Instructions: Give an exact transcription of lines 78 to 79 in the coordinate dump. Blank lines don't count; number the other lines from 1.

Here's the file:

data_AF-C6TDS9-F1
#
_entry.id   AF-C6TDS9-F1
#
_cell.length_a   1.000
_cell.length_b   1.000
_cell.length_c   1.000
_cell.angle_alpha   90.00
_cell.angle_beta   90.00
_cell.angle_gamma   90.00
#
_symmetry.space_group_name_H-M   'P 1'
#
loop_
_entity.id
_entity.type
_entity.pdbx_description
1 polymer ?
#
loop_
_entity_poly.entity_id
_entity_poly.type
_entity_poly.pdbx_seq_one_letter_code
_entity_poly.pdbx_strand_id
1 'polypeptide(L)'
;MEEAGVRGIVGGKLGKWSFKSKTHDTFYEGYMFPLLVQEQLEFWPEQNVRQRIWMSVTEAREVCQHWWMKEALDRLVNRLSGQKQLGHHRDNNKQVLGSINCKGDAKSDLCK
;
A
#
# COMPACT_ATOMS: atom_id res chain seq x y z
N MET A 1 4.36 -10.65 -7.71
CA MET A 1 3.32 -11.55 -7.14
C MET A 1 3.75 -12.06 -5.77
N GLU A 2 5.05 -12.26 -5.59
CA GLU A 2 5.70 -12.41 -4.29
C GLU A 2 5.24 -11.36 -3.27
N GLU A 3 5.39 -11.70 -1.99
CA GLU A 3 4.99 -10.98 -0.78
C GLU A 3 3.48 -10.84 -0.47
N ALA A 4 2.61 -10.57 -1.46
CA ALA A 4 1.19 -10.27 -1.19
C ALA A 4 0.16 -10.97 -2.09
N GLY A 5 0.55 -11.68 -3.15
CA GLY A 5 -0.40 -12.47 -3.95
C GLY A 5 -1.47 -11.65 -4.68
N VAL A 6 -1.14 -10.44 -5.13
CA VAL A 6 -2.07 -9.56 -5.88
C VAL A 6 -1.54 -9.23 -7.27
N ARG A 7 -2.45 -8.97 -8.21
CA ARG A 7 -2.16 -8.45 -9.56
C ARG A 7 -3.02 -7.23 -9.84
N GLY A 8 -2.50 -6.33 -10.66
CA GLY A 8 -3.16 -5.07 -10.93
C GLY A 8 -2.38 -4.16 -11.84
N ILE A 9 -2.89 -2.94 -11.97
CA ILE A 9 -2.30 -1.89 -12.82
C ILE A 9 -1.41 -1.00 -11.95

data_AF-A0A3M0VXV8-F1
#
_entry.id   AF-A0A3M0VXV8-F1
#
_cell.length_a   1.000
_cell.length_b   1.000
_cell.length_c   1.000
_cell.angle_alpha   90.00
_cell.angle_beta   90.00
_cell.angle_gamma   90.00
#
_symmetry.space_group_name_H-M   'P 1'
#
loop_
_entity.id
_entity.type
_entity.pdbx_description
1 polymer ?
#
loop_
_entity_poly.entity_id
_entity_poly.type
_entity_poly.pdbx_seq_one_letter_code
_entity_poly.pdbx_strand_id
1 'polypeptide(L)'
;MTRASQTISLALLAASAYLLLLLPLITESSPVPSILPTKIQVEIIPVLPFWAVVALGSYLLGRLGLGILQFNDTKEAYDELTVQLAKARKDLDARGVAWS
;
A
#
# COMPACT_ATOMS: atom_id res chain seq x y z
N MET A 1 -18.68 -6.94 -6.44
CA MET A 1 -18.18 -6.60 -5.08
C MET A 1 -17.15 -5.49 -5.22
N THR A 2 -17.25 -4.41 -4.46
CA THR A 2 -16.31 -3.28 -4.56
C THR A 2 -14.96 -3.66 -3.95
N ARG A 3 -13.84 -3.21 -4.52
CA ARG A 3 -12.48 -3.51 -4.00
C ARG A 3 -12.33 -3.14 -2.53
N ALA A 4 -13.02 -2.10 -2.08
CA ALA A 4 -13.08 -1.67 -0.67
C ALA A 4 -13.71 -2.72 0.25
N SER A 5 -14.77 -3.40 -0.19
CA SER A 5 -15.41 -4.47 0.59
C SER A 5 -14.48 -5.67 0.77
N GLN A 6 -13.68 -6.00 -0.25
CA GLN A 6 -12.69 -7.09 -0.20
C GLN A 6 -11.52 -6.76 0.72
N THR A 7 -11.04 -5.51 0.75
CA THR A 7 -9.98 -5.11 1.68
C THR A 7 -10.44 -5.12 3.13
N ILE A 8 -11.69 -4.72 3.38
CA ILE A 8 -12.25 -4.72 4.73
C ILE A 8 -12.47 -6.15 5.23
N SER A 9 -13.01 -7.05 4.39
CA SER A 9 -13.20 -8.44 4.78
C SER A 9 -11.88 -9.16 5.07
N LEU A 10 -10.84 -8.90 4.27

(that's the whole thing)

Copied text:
_entity_poly.entity_id
_entity_poly.type